Mindfulness and Meditation


"If we are peaceful, if we are happy, we can smile and blossom like a flower and everyone in our family, our entire society will benefit from our peace" Thich Nhat Hanh
“If we are peaceful, if we are happy, we can smile and blossom like a flower and everyone in our family, our entire society will benefit from our peace” Thich Nhat Hanh


Mindfulness is one of the fundamental spiritual practices taught by the Buddha. It allows us to bring appropriate attention to things occurring in our lives and to get to know and train our minds.

“Mindfulness is the energy of being aware and awake to the present moment. It is the continuous practice of touching life deeply in every moment of daily life. To be mindful is to be truly alive, present and at one with those around us and with what we are doing” (www.plumvillage.org). We bring our body and mind into harmony in our everyday activities.

In more secular communities, mindfulness is described as the practice of intentionally bringing our awareness to whatever we are experiencing in this present moment. We do this with kindness, curiosity and understanding and, to the best of our ability, without being drawn into our judging and evaluating mind.

Mindfulness is our basic human ability to be fully present, aware of where we are and what we are doing, and not be overly reactive, critical or overwhelmed by what we are experiencing.


Essentially, meditation is a state of “thoughtless awareness”—alert and sensitive awareness. Meditation produces the energy of mindfulness. It helps us to light up the recesses of our mind and to develop clarity in order to see the true nature of things. We let our mind become spacious and our heart soft and kind. We learn the patterns and habits of our mind allowing us to cultivate different, more positive and skillful ways of being. With patience and practice we gain a new understanding of life.

There are many ways to nurture and nourish mindfulness. In our tradition, the two most common ways are sitting and walking meditation.

Sitting Meditation – In sitting meditation we use our breath as our anchor and as our focus in order to be in the present moment. We realize that we can simply be with whatever is within us—our pain, anger and irritation as well as joy, love and peace. By bringing attention to the breath, we become aware of our mind’s tendency to wander and to be drawn into our thoughts, emotions and sensations. When we notice that we have been distracted, we can reconnect with our breath and come back to the present moment. We observe the thoughts and images of our mind with an accepting and loving eye. Essentially, breathing and knowing that we are breathing is our basic practice.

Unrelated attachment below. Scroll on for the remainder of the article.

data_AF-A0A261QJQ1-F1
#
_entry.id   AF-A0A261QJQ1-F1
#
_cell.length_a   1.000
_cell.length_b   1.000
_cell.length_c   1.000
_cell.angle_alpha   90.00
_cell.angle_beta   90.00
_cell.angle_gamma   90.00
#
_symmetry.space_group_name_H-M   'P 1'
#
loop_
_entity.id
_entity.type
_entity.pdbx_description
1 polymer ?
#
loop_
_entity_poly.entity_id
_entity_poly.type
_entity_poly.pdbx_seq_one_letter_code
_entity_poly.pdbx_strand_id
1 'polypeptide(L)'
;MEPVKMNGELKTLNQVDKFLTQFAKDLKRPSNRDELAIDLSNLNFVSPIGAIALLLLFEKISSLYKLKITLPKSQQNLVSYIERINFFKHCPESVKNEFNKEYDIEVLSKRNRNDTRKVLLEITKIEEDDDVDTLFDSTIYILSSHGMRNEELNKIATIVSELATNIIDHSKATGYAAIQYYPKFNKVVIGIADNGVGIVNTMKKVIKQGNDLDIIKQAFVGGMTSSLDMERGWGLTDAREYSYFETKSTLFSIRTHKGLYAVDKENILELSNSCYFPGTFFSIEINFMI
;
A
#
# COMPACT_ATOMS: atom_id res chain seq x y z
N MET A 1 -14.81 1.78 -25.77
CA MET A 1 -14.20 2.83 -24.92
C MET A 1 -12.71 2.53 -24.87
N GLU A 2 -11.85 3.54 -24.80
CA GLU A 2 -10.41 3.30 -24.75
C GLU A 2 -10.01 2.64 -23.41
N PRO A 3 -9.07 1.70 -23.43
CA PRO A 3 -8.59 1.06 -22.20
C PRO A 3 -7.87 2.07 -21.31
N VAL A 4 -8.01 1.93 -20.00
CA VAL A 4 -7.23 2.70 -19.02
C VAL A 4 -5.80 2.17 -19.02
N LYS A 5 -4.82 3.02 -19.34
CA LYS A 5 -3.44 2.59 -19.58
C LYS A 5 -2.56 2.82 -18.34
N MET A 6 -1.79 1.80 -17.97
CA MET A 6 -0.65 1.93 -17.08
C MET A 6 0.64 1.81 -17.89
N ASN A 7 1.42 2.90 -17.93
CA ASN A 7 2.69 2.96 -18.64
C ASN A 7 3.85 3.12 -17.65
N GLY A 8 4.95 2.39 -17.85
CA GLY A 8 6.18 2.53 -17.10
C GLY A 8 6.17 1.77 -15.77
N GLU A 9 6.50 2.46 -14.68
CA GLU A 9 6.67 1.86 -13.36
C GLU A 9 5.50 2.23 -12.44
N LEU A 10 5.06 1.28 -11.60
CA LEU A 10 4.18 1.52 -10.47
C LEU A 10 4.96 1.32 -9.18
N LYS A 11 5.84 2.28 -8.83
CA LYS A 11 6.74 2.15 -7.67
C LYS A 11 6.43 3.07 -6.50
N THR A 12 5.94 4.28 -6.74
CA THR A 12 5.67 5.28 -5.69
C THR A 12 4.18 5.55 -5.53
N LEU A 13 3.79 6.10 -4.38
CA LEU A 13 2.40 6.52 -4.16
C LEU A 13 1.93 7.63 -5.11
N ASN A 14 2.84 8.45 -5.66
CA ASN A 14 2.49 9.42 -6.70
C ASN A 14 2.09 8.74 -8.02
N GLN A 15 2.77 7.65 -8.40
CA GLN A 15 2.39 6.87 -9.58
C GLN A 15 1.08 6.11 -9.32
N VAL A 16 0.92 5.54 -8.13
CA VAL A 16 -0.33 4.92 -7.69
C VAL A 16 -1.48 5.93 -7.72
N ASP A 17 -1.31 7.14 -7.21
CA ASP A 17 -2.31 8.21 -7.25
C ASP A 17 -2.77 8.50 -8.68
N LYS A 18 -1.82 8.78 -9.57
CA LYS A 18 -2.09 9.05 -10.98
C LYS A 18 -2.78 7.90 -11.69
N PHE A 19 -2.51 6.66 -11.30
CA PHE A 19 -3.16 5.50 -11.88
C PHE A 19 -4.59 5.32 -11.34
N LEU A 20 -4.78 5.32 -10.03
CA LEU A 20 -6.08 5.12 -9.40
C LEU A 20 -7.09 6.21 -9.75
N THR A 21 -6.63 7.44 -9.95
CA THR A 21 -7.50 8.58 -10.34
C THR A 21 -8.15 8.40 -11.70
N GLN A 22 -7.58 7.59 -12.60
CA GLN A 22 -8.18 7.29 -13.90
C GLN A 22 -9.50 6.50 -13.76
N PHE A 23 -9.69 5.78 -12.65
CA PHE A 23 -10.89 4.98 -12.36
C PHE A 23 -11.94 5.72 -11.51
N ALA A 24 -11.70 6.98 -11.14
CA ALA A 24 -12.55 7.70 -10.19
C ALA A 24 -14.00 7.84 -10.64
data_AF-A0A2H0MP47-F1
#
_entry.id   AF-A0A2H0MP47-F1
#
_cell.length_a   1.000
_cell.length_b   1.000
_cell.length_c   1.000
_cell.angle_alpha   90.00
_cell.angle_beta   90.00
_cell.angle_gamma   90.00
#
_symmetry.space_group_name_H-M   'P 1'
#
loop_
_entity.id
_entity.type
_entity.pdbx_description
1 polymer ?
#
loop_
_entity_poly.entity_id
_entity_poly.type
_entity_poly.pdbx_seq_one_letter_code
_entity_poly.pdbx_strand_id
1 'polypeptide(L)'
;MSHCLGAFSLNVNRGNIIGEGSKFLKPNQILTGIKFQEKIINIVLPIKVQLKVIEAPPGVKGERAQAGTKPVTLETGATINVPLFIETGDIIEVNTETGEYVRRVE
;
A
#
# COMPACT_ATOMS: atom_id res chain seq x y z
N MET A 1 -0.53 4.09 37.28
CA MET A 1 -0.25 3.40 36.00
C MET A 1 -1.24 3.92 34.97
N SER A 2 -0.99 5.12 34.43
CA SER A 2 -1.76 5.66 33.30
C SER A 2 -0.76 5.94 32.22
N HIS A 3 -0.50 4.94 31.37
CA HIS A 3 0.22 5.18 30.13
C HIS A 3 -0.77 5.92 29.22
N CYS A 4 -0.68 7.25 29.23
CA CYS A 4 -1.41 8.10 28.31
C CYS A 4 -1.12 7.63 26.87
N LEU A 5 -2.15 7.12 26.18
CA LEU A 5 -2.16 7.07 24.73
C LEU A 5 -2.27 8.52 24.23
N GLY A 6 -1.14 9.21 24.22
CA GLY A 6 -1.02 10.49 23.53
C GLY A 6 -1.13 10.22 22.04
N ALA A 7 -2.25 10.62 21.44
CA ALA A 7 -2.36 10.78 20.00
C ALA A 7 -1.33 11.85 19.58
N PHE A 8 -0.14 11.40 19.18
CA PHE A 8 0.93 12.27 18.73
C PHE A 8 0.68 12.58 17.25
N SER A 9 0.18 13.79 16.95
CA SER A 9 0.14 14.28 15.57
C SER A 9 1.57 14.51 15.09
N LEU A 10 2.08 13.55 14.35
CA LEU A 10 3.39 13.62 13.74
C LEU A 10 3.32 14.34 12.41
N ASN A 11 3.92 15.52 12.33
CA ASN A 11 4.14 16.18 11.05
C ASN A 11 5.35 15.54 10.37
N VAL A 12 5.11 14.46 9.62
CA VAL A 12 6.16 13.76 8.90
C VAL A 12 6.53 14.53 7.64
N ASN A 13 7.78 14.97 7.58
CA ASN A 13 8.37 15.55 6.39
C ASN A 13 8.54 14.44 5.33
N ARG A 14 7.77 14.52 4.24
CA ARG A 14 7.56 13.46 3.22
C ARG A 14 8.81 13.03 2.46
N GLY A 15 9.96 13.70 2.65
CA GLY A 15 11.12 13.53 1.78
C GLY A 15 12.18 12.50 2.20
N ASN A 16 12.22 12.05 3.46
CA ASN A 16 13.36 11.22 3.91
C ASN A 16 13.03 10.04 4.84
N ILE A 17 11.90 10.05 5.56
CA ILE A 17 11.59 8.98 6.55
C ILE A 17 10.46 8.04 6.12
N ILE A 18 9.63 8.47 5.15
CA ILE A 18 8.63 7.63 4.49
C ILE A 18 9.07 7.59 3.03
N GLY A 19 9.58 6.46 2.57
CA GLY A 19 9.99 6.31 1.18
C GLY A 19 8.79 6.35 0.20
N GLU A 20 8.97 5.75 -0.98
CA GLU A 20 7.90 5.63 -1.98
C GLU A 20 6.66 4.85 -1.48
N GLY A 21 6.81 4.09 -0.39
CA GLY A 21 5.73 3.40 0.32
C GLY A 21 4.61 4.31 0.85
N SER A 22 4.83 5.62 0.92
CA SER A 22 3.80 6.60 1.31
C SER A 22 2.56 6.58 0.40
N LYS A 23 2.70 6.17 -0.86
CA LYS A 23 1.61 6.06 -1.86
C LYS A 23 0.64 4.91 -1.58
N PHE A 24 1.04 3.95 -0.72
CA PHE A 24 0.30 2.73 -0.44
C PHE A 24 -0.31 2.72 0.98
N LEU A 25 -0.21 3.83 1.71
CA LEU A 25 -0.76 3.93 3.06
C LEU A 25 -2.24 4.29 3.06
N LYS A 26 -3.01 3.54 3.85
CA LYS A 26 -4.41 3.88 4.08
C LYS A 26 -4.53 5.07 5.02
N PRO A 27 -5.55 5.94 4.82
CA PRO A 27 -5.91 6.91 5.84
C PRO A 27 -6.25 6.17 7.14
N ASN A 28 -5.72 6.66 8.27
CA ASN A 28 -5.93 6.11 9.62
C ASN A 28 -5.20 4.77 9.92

In sitting meditation we make our self as comfortable as possible, either on our cushion or in our chair. Our posture is upright but not rigid or stiff. Usually, we gently close our eyes, thereby reducing distractions. We bring our attention inward and become aware of our breathing or some component of our breathing. For example, we may notice the cool in-breathe and warm out-breathe as air passes our nostrils. Or, we may notice the sensation of our chest and abdomen rising and falling. When are aware of our breathing, we are less apt to be drawn into experiences from the past or to expectations for the future. We become perfectly accepting of the present moment. We remain attentive to our breathing.

Walking Meditation – Walking meditation is a simple and universal practice for developing calm, connected and embodied awareness. As we walk, we learn to be aware of the natural movement of walking in order to cultivate mindfulness and presence. In walking meditation we are not attempting to get anywhere; our destination is the here and now.

In walking meditation, we take deliberate slow steady steps noticing each one as it connects with the ground, touching the earth. We deeply observe our walking. Each step brings us back to the present moment with body and mind united. Mindful walking is an opportunity to guide ourselves out of our often distracted autopilot and bring us into the present moment.